Rather than calling what I do "Clicker Training", it helps me if I call it attraction-based training or conversation training because it makes me think in terms of "How can I help my horse feel better and want to do what I am asking?" It helps me continue that line of questioning if I ask, " Did I use pressure to get the behavior or was my horse invited or attracted to give me the behavior?" I my experience, especially with horses that have thoughts about humans like "Please don't catch me, please don't make me feel trapped!", attraction-based positive reinforcement training seems to, very quickly, make them think "Wow, good things happen when I see my halter, I really like being close to my humans!" It's all about changing their association from a negative to a positive.

Here are some fabulous resources about positive reinforcement training/clicker training/target training/attraction-based training:

If you want to learn about clicker/positive reinforcement/attraction-based training really fast check out my all time favorite website called Dogmantics:

The author of the site is a dog trainer. She has a series of videos that that will explain exactly what true clicker training is and she has a collection of mind blowing videos with her dogs. If when you watch the videos simply insert the word horse every time she says dog, you'll become an expert conversationalist in no time.

As for books. I really like, You Can Train Your Horse TO DO ANYTHING! On Target Training: Clicker Training and Beyond, by Shawna and Vinton Karrasch

This book is fabulous. Shawna was a former marine mammal trainer at Sea World and her husband a veteran of the grand-prix jumping circuit. They discovered that the reward-reinforcement training principles that work so well with Killer Whales, resulted in amazing breakthroughs with horses. Here's her website:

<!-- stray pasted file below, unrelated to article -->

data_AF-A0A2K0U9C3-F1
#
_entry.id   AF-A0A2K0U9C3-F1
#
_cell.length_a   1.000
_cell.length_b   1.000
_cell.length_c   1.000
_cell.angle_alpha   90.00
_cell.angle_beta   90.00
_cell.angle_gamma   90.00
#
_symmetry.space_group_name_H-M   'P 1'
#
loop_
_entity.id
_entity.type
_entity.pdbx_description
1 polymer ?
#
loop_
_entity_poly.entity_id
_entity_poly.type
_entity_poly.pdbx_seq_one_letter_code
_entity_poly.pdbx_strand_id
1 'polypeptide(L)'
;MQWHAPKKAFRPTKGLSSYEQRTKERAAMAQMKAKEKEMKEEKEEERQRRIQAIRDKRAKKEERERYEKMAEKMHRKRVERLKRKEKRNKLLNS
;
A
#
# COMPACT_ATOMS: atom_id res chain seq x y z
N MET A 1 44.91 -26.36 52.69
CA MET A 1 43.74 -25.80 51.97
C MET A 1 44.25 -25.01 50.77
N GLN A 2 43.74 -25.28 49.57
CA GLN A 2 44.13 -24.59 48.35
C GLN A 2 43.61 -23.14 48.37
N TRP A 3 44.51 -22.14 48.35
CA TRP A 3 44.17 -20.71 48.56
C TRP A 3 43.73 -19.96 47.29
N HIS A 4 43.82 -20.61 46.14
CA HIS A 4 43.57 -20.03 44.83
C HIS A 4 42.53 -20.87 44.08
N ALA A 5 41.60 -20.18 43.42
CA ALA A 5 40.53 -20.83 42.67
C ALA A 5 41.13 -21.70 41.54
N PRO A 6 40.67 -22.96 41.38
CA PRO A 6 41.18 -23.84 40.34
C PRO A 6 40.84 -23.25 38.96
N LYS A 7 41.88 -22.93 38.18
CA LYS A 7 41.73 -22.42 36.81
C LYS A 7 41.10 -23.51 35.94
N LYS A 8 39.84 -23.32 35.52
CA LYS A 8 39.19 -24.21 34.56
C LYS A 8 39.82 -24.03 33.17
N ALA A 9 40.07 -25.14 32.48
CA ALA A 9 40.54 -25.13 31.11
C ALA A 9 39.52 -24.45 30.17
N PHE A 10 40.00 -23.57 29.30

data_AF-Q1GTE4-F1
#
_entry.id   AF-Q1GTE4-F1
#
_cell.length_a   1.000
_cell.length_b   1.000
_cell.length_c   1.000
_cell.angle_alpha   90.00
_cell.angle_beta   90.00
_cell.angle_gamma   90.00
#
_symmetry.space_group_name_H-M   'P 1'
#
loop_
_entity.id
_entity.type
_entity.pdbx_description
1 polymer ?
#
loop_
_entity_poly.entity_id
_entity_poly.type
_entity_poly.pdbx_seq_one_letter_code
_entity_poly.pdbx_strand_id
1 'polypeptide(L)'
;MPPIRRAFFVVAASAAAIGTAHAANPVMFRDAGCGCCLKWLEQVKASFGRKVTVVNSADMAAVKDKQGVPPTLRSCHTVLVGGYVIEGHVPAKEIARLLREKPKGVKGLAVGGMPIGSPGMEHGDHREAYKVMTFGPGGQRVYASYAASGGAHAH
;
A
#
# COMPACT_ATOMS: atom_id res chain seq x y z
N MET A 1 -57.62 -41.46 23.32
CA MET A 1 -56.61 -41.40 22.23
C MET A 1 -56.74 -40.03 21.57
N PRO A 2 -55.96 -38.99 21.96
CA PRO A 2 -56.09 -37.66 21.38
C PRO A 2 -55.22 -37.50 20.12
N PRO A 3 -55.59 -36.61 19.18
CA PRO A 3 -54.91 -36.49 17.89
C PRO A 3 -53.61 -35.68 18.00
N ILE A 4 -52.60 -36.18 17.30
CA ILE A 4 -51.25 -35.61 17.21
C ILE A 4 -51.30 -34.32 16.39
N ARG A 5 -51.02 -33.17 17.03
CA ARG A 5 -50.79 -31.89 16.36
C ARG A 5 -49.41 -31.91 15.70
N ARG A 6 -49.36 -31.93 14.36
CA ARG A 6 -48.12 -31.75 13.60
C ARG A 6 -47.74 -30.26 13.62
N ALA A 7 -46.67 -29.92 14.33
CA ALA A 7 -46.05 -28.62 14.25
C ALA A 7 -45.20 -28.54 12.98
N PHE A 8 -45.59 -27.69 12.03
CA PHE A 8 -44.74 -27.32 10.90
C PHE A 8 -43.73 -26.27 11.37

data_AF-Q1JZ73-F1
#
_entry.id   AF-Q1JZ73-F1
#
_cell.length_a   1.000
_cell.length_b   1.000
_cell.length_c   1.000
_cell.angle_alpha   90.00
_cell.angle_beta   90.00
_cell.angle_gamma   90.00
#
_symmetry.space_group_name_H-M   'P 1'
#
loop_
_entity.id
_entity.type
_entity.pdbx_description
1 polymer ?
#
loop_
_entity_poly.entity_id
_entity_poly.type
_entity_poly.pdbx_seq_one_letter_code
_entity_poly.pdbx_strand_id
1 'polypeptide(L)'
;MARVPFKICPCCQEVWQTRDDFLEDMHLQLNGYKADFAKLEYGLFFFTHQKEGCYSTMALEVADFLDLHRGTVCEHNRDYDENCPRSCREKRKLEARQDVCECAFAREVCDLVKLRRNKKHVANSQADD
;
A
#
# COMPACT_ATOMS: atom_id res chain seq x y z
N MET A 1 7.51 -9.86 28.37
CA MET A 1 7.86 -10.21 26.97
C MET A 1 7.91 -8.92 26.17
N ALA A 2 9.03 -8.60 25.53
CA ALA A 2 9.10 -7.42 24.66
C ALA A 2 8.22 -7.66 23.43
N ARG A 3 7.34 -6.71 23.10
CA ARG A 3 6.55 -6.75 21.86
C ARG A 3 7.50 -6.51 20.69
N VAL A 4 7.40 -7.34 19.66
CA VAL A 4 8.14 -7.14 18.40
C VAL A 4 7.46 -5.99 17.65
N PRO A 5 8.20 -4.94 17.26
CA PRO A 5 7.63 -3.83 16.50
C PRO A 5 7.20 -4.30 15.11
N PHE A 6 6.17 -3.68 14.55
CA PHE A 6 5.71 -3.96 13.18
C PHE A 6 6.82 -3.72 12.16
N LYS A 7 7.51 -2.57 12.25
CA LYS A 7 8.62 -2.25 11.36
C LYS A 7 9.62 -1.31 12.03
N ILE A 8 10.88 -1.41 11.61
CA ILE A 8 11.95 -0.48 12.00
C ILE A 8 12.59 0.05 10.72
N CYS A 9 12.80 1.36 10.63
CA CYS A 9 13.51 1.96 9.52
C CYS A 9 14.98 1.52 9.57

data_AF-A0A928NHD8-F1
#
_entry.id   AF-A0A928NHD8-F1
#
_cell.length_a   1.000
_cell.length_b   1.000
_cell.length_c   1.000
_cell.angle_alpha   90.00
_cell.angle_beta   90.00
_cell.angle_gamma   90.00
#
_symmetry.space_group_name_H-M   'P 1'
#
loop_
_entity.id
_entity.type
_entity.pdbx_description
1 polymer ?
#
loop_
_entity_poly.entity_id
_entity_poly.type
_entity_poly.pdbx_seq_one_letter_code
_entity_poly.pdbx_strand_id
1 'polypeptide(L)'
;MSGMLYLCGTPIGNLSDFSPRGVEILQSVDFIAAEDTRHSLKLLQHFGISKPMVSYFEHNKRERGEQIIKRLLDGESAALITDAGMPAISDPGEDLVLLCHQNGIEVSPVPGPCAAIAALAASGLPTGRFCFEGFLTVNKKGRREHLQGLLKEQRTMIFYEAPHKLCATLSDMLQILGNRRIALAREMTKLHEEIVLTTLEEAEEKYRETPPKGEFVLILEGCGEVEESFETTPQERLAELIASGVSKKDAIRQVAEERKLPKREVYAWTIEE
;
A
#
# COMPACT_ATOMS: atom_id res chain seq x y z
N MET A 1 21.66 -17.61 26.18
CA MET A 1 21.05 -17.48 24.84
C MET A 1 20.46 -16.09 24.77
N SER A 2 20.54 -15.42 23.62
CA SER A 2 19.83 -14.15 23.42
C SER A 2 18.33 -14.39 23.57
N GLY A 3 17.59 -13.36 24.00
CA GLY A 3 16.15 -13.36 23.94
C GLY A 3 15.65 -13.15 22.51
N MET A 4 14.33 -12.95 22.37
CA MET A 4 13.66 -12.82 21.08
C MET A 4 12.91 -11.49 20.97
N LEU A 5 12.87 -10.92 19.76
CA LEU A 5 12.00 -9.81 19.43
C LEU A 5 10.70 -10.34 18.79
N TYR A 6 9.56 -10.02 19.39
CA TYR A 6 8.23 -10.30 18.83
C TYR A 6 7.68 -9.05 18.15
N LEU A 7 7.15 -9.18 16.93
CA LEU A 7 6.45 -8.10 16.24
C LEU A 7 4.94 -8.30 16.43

Anything by Alexandra Kurland is great. Her book The Click That Teaches: A step by step guide; is a very clear and understandable way to get started. Here's her website:

Also the book Don't Shoot the Dog, by Karen Pryor is considered a must read for positive reinforcement work. Here's her extensive website:

You can find a hand held clicker at your local pet store or online. Also, keep in mind, if a horse is food oriented and pushy, it's just because he's never had clear rules surrounding how he gets food. Horses are experts at deciphering a pattern. If just one time they nudged someone and got a treat, you can bet they'll repeat that behavior in their quest to get another treat. This is why attraction-based training is so powerful. Horses love to use their brains especially when they understand that something they do brings them something they want. Unless my horses have done something to earn a click, they do not expect food, or go looking for food. I never ever, ever hand feed unless the horse has first a click. My number one rule, no click, no food.

What I've found too, is that the 'food oriented/pushy' horses are the out-going thinkers and seem to love attraction-based work. I think you too will be in for a treat when you see what's possible!

Have fun! Let me know if this helps,

Cheryl Ward